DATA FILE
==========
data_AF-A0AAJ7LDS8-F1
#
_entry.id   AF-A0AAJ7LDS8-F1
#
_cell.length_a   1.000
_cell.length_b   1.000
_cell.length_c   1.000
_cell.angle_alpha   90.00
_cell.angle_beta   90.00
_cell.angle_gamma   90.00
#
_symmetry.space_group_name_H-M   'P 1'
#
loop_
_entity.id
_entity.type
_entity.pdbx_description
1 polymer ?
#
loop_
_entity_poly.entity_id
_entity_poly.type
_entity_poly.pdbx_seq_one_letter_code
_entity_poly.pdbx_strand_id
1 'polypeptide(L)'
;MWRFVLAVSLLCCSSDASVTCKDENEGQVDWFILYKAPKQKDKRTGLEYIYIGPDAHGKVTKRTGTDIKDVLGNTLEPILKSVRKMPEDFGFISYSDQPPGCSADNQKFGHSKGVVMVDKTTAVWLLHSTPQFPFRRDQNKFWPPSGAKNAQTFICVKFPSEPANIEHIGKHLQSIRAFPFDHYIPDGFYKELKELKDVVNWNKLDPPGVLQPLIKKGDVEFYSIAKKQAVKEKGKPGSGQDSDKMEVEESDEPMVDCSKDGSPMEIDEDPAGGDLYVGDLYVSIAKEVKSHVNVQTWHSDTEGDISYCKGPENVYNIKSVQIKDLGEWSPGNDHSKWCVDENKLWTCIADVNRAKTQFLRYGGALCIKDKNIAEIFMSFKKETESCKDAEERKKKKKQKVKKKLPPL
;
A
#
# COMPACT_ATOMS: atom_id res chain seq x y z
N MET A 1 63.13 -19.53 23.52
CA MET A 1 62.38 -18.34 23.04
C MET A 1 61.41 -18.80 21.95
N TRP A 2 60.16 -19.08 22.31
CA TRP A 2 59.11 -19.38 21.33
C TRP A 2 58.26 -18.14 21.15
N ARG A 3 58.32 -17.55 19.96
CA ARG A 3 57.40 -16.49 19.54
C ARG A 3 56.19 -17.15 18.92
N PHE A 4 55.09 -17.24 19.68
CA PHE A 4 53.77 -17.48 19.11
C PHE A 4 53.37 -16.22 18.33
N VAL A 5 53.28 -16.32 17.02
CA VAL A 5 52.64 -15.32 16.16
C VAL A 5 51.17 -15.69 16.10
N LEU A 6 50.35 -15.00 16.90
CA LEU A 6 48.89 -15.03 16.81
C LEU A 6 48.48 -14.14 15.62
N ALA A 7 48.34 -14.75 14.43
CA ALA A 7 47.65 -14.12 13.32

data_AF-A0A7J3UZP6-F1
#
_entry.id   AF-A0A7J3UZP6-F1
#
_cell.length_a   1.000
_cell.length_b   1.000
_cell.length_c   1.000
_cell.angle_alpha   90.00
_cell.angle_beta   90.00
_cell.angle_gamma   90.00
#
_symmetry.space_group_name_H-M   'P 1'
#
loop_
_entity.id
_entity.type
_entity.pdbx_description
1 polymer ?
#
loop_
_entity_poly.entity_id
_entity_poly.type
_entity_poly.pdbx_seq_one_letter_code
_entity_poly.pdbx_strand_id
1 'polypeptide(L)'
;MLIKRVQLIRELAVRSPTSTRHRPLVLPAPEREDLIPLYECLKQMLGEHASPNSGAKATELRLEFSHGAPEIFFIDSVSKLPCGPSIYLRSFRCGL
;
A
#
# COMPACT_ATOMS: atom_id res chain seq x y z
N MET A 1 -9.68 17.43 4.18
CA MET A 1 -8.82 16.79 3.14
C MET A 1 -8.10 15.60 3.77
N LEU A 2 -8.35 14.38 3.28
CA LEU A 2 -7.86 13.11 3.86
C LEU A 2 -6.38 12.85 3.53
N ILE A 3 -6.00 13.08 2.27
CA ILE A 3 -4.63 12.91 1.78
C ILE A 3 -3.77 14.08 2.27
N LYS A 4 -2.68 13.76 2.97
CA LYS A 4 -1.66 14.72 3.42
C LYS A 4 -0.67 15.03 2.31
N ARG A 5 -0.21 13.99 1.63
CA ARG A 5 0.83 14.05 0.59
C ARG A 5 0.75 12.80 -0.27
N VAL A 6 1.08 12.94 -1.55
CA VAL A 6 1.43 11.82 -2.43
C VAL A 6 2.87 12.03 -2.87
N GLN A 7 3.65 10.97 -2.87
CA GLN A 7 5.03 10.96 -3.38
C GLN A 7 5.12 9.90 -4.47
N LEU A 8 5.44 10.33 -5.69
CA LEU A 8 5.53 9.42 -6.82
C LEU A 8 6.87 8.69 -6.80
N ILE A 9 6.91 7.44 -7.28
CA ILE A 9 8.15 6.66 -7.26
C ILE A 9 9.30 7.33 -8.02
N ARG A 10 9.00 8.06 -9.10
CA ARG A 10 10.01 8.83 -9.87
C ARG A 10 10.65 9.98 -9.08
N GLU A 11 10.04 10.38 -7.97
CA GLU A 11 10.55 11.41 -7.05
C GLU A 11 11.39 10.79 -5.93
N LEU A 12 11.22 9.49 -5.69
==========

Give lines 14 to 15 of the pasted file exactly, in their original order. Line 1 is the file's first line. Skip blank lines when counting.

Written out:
loop_
_entity.id